I recently tried hooking up my laptop to my TV using an s-video cable. Everything except the movie was displayed. I could see the movie window, my pointer, IE everything but the movie itself was blank on my tv however viewable on my laptop. It was if it was being blocked. Does anyone have any idea? Do I need to reset my pc's resolution?

brad

I ran into this problem yesterday after re-installing Windows to try to fix it. I tried DVI-HDMI with my computer to HDTV and it worked just fine. Switched to ATI DVI-component dongle and started getting DRM errors. Reinstalled windows, still errors. Finally I thought it might be a DRM thing, dumbed the resolution down to 480p and it works just fine. Only problem is I have keep switching the resolution back and forth since windows isn't what I'd call 'usable' at 480p.

Lesson: DRM will not currently allow resolutions over 480p on component cable with NetFlix Watch Instantly.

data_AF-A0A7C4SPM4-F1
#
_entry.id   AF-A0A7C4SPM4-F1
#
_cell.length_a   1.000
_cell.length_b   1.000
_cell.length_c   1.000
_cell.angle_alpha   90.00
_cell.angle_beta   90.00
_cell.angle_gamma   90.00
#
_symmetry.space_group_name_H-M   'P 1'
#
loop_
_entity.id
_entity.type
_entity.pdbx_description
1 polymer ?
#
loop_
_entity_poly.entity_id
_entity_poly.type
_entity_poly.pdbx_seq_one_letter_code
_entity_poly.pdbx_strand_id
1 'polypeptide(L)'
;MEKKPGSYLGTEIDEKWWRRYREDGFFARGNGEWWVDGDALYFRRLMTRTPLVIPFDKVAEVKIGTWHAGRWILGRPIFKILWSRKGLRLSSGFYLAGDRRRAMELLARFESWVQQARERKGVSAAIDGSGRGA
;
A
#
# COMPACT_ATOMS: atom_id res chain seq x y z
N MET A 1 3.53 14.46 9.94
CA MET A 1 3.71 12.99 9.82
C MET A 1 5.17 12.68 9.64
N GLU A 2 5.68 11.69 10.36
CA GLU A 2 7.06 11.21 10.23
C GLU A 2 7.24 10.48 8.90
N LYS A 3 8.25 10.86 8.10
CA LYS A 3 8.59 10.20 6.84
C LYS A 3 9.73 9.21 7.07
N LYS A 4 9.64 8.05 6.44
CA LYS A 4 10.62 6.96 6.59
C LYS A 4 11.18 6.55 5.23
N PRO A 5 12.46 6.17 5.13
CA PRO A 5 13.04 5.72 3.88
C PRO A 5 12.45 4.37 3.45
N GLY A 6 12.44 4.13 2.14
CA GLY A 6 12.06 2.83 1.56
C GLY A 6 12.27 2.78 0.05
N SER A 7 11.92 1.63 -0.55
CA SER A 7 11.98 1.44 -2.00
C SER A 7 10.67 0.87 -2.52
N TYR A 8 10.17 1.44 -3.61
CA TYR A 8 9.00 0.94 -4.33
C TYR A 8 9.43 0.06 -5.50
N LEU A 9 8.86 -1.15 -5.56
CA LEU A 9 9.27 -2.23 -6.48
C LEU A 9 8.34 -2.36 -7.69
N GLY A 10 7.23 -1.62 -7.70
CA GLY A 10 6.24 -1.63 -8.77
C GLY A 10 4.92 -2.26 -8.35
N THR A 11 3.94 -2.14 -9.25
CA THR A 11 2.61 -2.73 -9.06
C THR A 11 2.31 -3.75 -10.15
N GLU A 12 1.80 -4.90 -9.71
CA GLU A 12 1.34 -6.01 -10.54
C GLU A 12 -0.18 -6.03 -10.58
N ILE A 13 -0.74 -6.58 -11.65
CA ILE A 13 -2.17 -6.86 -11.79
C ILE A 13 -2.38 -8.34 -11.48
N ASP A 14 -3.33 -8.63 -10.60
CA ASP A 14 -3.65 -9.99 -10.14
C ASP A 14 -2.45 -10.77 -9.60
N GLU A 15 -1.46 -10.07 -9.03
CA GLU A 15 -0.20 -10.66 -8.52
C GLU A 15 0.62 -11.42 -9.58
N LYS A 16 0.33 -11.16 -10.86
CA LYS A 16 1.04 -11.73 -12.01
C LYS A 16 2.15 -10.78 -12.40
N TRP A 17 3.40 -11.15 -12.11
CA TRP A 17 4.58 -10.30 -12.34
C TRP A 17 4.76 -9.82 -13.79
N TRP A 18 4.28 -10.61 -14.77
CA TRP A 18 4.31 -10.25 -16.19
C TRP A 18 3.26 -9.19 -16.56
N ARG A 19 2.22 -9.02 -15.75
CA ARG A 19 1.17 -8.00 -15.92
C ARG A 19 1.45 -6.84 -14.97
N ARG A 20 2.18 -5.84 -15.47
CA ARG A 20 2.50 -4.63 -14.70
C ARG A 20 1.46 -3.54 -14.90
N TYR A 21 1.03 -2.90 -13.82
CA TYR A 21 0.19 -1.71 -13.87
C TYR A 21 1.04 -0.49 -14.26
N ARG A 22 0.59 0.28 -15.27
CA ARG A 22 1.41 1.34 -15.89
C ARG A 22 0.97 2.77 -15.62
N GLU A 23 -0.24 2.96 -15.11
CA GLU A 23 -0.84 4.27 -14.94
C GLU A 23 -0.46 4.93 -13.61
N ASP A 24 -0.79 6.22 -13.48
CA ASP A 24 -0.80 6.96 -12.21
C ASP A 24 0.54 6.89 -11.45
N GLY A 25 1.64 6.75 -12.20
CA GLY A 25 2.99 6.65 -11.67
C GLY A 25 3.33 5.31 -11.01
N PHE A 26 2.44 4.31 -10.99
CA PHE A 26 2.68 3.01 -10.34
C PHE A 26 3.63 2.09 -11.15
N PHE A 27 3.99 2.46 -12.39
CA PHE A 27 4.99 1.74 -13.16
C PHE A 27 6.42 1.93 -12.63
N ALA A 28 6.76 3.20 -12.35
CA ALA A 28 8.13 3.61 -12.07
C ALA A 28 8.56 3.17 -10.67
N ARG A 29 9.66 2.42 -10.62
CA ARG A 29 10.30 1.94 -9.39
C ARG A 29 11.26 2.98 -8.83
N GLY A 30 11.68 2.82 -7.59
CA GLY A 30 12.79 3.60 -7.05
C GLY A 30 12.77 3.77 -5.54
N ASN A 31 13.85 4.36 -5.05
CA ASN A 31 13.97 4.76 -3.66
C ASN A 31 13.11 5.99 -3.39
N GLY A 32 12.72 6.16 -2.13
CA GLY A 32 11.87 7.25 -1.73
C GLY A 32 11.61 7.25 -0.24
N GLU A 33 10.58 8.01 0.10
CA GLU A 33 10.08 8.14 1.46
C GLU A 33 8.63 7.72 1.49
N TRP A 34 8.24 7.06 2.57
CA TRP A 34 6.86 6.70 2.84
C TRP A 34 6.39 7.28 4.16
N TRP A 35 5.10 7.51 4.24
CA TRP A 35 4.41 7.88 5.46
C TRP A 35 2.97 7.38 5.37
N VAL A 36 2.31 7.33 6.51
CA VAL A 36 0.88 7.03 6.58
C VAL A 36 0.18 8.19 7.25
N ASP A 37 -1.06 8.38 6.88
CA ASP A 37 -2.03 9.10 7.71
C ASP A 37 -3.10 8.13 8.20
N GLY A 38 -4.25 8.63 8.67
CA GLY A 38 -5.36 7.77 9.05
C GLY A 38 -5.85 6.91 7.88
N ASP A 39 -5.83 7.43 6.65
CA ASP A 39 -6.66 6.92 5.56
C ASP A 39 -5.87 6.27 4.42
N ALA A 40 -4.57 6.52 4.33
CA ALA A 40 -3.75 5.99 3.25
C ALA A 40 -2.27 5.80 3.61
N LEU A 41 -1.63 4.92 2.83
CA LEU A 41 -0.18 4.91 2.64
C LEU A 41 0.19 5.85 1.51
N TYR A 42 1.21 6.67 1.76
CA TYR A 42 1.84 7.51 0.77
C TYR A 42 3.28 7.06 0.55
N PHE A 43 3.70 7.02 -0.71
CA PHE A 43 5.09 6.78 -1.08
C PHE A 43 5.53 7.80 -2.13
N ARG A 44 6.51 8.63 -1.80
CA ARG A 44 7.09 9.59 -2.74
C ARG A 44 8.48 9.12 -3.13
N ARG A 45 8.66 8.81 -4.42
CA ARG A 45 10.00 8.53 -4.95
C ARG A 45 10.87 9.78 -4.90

Used Refurbished Laptops

We've already had some experience with big, wide desktop monitors. One of them, the Sony GDM-FW900, is a CRT with a 24-inch diagonal display (22 inches viewable), but it's no longer manufactured (you can sometimes find refurbished units for about $1,200). LCDs have begun appear in widescreen format in the past couple of years, and these typically cost several thousand dollars. One of them, the Samsung 240T, weighs in at around $2,000. The best price we've seen for another, Sony's 23-inch SDM-232, was a bit over $1,600. And apple's 23-inch Cinema HD can be found for under $1,600 if you look hard enough.
Now Dell has decided to drop the price bomb. The UltraSharp 2405FPW 24-inch widescreen LCD will cost a measly (by comparison) $1,199. It's the classic Dell approach: Not pioneering a new market or category, but entering it later and at high volume, usually with a significantly lower price.